Application of a modified harness design for attachment of radio transmitters to shorebirds

Wader Study Group Bulletin
By: , and 

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Abstract

Radio transmitter attachment methodology is important to the design of radio telemetry studies. In 1998, we attached 5 transmitters to a captive population of Western Sandpipers (Calidris mauri) and 7 transmitters to wild Killdeer (Charadriusv ociferus) using a modified version of the Rappole and Tipton (1991) figure-8 leg-loop harness. Captive birds fitted with harnesses did not exhibit quantifiable differences in behavior relative to control birds. Based on initial success in using the leg-loop harnesses, we used harnesses to attach transmitters in the wild to 30 Killdeer and 49 Dunlin (Calidris alpina) during the winters of 1998-1999 and 1999-2000. This was part of a study on movements of wintering shorebirds in the Willamette Valley of Oregon, USA. Wild birds showed no adverse effects of the harnesses.Thus, the described harness is a practical method for attachment of transmitters to shorebirds. Advantages of this harness method include a reduction in handling time at capture, elimination of the need to clip feathers for attachment, and increased transmitter retention time.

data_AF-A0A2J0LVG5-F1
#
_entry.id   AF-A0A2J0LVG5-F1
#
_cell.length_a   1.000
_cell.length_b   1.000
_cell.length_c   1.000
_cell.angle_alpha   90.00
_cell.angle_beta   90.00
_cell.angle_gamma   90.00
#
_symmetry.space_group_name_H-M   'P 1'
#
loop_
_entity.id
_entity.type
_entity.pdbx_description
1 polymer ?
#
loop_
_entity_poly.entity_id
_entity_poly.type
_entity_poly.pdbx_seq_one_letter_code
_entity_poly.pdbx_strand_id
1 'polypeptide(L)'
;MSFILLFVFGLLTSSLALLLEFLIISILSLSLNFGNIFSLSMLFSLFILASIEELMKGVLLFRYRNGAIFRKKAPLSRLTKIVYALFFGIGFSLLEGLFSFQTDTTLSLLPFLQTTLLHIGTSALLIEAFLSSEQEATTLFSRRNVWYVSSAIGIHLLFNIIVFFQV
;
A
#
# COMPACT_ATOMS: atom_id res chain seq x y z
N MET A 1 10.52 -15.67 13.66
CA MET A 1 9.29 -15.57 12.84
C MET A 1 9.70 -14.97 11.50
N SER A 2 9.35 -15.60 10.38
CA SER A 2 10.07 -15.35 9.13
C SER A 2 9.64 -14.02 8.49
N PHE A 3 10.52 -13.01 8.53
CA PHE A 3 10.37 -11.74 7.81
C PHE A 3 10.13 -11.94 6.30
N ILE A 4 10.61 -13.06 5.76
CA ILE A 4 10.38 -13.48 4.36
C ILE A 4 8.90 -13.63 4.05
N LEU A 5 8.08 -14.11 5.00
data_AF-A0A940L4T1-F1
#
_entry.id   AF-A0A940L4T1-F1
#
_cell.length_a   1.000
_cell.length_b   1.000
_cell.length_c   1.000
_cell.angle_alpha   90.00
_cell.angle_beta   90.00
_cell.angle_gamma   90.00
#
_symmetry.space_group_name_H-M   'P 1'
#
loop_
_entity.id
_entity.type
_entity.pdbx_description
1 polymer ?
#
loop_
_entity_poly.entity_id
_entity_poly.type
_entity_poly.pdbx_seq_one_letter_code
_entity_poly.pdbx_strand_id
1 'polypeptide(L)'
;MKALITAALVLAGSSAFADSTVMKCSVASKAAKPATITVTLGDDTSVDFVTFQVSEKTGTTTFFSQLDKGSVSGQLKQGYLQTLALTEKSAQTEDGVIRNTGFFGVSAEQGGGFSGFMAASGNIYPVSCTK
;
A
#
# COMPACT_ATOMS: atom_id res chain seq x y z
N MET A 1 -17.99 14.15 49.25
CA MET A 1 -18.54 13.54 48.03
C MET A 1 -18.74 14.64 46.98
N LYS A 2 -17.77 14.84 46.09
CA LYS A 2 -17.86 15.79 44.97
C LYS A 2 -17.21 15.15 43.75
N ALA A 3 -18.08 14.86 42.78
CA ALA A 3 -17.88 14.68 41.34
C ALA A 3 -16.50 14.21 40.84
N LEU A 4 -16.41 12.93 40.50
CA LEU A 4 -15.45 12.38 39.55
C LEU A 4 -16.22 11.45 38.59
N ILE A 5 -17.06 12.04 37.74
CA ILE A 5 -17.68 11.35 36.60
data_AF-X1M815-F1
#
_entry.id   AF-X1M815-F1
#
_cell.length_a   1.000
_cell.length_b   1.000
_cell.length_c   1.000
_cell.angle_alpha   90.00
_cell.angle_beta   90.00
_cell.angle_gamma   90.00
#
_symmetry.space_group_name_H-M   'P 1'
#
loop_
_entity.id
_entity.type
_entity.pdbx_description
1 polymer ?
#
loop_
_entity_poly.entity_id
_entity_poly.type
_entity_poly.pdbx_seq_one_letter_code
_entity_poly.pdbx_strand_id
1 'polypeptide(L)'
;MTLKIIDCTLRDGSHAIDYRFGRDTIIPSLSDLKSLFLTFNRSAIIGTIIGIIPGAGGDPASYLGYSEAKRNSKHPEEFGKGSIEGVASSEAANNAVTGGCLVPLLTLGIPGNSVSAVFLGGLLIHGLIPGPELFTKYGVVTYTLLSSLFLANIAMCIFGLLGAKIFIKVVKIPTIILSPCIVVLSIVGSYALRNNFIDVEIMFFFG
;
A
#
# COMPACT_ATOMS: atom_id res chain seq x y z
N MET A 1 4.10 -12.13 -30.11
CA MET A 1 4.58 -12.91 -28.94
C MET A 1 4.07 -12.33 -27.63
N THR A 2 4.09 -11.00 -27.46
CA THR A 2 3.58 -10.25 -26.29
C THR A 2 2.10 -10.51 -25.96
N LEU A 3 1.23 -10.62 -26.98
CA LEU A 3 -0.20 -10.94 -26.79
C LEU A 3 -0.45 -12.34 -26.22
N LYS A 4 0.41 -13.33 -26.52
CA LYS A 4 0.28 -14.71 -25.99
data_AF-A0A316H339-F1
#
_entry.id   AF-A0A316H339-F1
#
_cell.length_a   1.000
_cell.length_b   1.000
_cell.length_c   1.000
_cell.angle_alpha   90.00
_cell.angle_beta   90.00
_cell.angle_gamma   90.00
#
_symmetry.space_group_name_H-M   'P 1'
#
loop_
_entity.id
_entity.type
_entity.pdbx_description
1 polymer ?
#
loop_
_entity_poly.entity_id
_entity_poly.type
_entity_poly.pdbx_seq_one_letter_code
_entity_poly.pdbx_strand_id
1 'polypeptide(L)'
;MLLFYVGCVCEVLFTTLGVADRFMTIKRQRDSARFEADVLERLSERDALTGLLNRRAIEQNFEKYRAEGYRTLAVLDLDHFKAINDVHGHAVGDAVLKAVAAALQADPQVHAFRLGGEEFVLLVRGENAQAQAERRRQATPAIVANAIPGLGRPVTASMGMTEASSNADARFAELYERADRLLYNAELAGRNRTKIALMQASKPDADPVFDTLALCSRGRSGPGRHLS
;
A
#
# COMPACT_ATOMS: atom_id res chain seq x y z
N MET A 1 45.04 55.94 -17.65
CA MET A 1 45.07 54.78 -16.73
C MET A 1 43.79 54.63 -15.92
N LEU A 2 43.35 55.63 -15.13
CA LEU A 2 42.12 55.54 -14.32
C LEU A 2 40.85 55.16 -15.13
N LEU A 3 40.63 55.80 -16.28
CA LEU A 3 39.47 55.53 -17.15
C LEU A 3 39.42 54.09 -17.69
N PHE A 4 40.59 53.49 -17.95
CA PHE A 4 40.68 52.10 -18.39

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Additional publication details

Publication type Article
Publication Subtype Journal Article
Title Application of a modified harness design for attachment of radio transmitters to shorebirds
Series title Wader Study Group Bulletin
Volume 91
Year Published 2000
Language English
Publisher University of New Mexico
Contributing office(s) Forest and Rangeland Ecosystem Science Center
Description 5 p.
First page 16
Last page 20
Country United States
State Oregon
Other Geospatial Willamette Valley